Saturday, June 30, 2012

The Henry Morris Study Bible




Well, the first thing I can tell you, is that this beast is BIG! As for as study bible sizes go, it is right up there with the infamously large ESV. Serious bible poundage!

I'm reviewing the hardbound edition, which as you would expect, is sturdy and well built. The layout is a two column format with each verse starting a new line. The 10pt text is easy to read. One of the most surprising features is the inclusion of not one, but two ribbon markers. Overall, this bible delivers a pleasant reading experience.


(Click image to zoom)

So who is Henry Morris?


Henry Morris is considered to be the Father of modern Creationism. He believed the bible to be the absolute authority on all matters, a belief that he made his life mission to defend. Much of his work centered on the accounts of creation and the world-wide flood. Morris felt that to deny God's Word on either of these was to doubt God's truthfulness in all matters. The Henry Morris Study Bible aims to defend the truth of scripture against evolution and all competing and conflicting worldviews and "sciences" that seek to cast doubt upon or reject God's written revelation.


Now, on to the notes. The best description I can give for the reference material comes from the introdution to the study bible itself.

"Based on this literal and contextual approach, the notes become what one might call Baptistic in ecclesiology, pre-millennial in eschatology, non-charismatic in pneumatology, and moderately Calvinistic in soteriology."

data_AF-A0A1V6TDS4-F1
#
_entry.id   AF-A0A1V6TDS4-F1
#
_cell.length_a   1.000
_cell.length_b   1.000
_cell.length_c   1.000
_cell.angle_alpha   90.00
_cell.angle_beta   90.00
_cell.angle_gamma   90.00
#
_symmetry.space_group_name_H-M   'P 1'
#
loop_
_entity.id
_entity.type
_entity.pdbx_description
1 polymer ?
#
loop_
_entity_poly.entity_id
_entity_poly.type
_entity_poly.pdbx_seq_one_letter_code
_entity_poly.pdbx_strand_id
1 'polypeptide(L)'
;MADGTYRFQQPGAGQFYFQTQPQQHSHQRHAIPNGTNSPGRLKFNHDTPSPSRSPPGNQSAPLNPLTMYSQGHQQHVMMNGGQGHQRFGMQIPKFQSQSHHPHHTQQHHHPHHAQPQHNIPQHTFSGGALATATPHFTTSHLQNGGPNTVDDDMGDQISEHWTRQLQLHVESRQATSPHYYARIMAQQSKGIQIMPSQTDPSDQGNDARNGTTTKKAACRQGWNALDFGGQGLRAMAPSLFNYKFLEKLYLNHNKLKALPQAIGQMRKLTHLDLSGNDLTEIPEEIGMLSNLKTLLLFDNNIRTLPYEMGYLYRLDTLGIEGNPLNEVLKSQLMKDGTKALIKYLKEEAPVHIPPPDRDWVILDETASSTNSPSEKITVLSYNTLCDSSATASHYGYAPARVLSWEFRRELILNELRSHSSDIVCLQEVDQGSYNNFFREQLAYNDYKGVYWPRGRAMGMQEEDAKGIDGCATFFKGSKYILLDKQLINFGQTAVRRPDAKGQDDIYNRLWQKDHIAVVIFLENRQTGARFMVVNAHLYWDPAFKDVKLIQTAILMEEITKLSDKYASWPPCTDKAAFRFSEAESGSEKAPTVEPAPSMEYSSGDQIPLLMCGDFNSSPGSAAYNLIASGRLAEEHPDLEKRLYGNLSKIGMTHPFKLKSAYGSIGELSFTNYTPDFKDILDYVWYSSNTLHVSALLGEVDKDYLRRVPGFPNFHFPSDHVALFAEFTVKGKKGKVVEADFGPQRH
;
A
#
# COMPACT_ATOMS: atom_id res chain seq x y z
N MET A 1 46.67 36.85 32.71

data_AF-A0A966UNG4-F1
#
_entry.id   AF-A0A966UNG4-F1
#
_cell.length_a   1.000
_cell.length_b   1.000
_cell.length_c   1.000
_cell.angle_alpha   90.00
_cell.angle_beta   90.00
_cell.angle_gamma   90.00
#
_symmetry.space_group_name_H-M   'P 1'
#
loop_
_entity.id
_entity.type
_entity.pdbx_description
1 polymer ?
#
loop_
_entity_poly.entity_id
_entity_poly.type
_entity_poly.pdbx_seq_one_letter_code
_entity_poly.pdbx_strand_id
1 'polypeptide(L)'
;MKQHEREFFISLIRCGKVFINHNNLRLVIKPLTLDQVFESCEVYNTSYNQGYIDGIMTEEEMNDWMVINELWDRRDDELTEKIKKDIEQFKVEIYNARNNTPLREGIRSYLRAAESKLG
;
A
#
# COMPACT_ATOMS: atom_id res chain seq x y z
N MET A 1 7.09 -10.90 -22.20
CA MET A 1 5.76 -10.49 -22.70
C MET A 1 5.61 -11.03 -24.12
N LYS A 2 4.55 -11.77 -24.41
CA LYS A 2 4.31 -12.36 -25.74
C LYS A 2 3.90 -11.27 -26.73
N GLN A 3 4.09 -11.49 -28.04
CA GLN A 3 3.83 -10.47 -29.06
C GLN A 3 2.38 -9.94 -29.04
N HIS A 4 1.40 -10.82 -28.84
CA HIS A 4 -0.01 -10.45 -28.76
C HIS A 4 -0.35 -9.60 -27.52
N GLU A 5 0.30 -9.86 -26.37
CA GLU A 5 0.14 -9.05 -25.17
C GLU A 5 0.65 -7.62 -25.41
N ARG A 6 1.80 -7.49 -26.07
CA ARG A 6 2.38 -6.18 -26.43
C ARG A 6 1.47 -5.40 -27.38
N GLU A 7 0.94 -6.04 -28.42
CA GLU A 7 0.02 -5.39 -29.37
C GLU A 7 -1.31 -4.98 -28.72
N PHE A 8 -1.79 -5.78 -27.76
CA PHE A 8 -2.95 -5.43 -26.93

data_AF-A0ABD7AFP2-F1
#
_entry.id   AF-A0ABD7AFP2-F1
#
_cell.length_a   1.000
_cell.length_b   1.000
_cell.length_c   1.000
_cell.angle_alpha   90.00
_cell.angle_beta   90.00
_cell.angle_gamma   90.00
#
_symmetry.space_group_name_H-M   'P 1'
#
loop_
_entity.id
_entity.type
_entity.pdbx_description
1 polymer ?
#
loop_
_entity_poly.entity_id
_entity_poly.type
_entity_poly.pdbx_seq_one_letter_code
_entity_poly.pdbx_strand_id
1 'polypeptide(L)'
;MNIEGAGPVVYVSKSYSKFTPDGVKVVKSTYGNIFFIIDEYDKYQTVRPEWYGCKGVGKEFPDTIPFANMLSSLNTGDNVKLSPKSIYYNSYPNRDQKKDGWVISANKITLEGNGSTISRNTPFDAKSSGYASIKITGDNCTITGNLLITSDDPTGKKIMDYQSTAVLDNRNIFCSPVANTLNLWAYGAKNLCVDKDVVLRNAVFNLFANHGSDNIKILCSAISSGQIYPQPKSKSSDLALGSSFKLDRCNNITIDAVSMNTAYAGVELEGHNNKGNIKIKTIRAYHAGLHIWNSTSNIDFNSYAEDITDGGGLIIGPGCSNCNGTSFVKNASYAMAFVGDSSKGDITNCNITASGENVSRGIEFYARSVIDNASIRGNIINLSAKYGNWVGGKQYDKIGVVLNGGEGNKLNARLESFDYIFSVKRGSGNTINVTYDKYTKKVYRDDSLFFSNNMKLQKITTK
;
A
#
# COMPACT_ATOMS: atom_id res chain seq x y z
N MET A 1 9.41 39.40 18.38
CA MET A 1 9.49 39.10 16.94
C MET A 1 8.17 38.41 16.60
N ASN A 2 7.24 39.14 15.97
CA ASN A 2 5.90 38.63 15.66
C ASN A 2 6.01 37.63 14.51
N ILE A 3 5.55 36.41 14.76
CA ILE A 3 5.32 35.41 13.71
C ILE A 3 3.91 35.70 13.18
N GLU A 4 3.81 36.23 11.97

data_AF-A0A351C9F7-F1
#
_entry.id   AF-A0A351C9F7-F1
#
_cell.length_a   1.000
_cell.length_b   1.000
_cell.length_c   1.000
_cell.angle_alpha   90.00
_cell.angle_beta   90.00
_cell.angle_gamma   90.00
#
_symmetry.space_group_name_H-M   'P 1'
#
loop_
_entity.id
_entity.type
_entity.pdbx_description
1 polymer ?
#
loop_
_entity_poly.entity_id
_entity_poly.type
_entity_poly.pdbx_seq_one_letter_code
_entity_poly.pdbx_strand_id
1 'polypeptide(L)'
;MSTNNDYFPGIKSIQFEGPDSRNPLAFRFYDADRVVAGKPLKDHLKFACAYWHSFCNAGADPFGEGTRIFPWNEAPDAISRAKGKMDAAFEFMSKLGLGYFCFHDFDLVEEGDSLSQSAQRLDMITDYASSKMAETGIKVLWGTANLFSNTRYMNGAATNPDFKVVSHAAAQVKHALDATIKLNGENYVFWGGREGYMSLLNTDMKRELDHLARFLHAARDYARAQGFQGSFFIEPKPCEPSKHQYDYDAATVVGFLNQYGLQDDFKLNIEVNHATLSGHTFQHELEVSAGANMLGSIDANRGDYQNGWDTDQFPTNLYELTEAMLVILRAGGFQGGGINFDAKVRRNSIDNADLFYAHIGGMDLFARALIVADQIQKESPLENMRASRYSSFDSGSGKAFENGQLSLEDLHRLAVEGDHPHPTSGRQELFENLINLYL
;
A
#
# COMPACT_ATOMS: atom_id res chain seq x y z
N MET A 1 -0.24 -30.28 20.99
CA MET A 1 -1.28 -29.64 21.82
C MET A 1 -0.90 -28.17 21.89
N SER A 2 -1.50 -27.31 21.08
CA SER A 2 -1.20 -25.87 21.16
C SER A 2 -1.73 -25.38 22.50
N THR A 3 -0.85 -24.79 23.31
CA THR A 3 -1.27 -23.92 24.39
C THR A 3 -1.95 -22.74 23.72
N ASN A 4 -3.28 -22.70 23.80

Kind of refreshing to see this honest of a description right up front. This study bible was compiled with a particular world view and theology in mind, and they aren't afraid or ashamed to admit it.

Included in the back of the bible are twenty-two appendices covering topics such as the authenticity of scripture, creation versus evolution, and other theological issues. One of these I would like to mention in particular is titled "A Creationist's defense of the King James Bible." While he doesn't condemn all other bible translations as heresy, he doesn't cast them in a very favorable light either. I do appreciate the KJV and its legacy, but I personally don't agree all of the arguments used to elevate its status as the supreme biblical translation or those that cast doubt upon newer translations. Just something to be aware of.

So what's the bottom line?


If you are in the market for a new study bible and the King James is your translation of choice, you can't go wrong with The Henry Morris Study Bible.


I'd like to thank Master Books for sending me this free copy for review as part of their Bible Defenders Review Team.
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